What’s behind my work
Part 0: The big picture.
Posted on May 17, 2021
A little background
After a proven record on data visualization and information design, first with my own studio, and then in a big corporation such as BBVA, one of the world’s largest financial institutions and a leader in digital transformation, I oriented my career over the last years on the search of new ways of communicating what’s beyond the algorithms we develop today. What is an algorithm?
I’m not a scientist, I am not an expert in data (or technology). I am neither a physicist or psychologist or anything that may make sense in there, but I am curious and I feel good making connexions between things. I had the opportunity over the last years to work with brilliant people from whom I’ve been able to learn and challenge myself.
Here and now
Life is not just about digital, or physical, and every experience shapes and prepares us for what is to come. Under that context , I started asking myself what if instead of trying to make technology more human, we use this capacity to understand ourselves better.
Science today is more present than ever in our daily lives. Understanding the way we interact with our context, the broad offer of products and services, the access to people or to ourselves by carrying intelligent devices, is about more than just a question of interpretability. It is about a dialogue. And we need to include people in that dialogue. Traditional communication and advertising need new channels and habitats. This means, instead of communicate, disseminate. Be more responsible, more sustainable and more generous.
First of all, because we deserve beauty. And it’s essential to do this work in a beautiful way. That said, because Art is a strong way to process what we see. Art observes, and most important, Art is generous on sharing those observations.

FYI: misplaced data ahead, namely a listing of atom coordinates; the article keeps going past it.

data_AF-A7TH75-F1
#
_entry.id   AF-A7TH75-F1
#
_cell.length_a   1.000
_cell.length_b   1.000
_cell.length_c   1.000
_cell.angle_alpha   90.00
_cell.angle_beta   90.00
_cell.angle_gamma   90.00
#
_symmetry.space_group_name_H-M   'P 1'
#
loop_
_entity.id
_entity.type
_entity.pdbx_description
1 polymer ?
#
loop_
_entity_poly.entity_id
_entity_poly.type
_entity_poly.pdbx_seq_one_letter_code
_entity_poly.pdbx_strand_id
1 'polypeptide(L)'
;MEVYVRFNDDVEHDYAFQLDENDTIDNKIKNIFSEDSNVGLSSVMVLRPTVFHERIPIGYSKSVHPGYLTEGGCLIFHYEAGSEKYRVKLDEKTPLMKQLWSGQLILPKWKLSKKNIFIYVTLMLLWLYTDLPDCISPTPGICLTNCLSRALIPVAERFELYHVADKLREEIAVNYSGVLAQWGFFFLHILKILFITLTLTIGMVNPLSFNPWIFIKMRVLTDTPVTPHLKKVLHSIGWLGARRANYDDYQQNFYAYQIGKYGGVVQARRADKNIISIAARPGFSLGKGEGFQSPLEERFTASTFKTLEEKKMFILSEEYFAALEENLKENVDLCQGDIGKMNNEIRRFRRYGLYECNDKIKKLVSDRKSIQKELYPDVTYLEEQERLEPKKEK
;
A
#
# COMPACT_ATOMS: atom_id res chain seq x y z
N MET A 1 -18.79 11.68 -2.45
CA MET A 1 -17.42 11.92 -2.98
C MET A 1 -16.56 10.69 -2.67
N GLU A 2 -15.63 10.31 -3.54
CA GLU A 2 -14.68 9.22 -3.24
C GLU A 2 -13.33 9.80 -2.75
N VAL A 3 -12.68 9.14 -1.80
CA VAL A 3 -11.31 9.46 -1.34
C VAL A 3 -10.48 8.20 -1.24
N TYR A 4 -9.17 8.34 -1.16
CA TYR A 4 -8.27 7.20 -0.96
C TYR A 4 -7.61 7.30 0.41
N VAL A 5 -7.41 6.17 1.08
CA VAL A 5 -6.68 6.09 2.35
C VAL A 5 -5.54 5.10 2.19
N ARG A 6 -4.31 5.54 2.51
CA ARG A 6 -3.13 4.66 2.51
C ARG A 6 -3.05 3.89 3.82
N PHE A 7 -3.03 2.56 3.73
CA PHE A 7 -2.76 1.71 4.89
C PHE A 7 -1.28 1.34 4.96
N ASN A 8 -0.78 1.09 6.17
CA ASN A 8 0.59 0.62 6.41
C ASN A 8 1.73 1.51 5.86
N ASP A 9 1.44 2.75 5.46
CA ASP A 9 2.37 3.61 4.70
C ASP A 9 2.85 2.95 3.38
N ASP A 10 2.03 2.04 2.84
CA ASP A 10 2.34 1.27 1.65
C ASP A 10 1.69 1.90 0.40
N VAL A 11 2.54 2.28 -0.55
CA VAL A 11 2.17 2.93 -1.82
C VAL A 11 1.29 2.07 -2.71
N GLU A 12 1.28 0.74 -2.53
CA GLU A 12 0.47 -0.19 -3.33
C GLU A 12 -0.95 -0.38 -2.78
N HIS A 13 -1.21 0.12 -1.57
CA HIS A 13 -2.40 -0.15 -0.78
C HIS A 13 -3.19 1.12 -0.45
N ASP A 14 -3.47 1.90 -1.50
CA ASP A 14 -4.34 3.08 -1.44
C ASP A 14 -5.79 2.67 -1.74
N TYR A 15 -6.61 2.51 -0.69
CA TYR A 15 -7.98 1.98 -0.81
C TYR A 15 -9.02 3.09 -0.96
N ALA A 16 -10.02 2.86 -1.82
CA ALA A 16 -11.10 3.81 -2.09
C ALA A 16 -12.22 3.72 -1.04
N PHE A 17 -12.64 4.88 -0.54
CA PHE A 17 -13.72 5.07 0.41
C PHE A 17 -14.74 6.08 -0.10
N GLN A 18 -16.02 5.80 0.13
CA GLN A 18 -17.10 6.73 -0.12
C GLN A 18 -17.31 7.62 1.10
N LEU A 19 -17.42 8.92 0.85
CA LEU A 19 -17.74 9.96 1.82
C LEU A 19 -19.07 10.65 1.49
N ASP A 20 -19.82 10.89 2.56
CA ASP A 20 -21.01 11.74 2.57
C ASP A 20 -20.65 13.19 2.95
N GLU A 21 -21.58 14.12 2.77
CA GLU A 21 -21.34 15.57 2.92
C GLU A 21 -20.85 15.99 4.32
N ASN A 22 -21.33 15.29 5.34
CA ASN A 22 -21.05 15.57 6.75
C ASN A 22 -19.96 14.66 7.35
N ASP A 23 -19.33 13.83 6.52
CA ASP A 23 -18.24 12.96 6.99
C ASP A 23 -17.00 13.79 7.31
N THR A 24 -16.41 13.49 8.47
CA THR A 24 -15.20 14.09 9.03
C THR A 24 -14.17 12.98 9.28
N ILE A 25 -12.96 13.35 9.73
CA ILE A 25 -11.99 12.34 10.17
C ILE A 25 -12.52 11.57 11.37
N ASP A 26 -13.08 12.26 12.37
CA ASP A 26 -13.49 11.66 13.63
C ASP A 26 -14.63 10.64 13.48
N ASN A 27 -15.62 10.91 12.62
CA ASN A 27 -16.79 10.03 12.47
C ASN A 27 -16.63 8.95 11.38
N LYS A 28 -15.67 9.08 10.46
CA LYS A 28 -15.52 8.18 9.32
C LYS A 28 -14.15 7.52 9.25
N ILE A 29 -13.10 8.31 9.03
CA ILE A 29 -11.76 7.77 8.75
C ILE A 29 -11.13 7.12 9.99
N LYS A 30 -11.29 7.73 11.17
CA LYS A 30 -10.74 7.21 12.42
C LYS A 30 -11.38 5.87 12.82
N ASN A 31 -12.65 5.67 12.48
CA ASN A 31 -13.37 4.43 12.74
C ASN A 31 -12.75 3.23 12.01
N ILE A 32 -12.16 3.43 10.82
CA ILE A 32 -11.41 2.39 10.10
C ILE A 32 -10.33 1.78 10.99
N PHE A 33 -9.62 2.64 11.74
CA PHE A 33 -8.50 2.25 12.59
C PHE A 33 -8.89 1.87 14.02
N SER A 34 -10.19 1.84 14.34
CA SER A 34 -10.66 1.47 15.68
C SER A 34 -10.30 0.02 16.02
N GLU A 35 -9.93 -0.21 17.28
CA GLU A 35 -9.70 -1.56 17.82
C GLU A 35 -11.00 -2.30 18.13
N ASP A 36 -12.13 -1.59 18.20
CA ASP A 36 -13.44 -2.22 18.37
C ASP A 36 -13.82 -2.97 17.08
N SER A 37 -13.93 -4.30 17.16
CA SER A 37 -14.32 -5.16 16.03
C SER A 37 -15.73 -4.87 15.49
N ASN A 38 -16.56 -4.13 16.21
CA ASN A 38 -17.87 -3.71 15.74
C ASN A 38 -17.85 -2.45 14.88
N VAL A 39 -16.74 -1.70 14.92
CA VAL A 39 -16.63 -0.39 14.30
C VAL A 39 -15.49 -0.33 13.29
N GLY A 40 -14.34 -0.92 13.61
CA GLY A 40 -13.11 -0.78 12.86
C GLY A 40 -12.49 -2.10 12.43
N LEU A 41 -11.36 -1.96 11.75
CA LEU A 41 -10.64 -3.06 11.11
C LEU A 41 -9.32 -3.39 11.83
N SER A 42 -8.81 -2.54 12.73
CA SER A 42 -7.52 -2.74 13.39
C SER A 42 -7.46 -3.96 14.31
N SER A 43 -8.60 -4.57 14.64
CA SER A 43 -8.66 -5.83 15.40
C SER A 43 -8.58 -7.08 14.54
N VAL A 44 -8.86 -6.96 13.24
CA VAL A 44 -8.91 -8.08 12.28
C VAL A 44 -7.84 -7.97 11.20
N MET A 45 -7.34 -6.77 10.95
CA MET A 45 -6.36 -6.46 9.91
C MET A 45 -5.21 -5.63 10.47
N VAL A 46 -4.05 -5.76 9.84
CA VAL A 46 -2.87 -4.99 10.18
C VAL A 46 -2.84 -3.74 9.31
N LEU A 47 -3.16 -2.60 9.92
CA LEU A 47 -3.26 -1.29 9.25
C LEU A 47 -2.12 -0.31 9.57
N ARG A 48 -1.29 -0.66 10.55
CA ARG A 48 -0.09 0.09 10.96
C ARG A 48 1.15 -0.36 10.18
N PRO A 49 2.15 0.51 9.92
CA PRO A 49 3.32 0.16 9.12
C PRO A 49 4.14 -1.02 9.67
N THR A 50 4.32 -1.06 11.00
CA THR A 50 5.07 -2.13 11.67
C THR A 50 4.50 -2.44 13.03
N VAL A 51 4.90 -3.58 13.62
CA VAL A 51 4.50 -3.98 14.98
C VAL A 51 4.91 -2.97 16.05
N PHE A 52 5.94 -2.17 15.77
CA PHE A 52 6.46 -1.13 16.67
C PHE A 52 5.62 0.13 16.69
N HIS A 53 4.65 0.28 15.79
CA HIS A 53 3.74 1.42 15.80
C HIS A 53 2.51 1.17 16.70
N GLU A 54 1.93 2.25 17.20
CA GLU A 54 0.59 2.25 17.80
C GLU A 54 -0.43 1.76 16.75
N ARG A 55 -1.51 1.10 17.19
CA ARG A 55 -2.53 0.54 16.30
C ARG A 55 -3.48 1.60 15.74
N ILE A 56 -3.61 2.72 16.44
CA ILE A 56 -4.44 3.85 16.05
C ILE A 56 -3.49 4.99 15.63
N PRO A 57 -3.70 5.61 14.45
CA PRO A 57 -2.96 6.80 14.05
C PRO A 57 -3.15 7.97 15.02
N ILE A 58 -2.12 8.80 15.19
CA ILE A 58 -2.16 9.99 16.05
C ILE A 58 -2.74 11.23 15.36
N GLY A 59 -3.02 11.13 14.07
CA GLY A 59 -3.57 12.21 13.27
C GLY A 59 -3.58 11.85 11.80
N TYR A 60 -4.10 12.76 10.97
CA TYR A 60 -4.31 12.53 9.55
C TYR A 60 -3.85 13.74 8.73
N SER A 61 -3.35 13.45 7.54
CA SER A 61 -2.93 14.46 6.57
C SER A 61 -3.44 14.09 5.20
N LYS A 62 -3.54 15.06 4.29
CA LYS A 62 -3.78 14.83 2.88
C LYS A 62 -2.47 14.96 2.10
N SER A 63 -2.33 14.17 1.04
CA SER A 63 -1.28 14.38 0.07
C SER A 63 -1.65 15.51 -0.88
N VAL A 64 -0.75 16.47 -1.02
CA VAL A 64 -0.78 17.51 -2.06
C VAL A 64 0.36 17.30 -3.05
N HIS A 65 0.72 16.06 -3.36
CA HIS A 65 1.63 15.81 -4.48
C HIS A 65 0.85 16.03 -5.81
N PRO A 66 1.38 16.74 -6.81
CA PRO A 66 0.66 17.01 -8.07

My biggest interest in life is people. What moves us to do what we do, what connects us, what is common and what is different. I guess that means my biggest interest in life is /Life itself/. But there are many questions we can not answer. This is maybe part of the Beauty, but I really believe we are somehow here to figure out what is this all about. And here comes the exciting part: each period has it’s own tools to get there, and ours is about broadening our capacities to understand. So let’s use this. And let’s do it taking advantage of what digital and physical can offer us respectively.
And I like to use the eyes for that.
Does the camera came to take the bread and the work from us? No.
Let’s think for a moment of a camera and it’s relation to the eye. We, as humans (as animals) we have eyes, so we can see things. We have also perception, cognitive habilites and neurons to connect those inputs to our brain and process all this information.
However, we still have limitations. We have our own zoom and focus ring. So if we are in front of a flower (using only our eyes)...Photography by @v2osk, Unsplash
we would see something like this:Photography by @danor_s, Unsplash
Having a camera, though...Photography by Vincent Riszdorfer, Unsplash
Would allow us to see more than that we saw with the eyes
And even more:Photography by @yoksel, Unsplash
So, should we think the camera came to take the bread and the work from us? Is this technology the main actor? No. The camera came to expand our capacites. And here is the role of combining different disciplines to bring meaning to all this.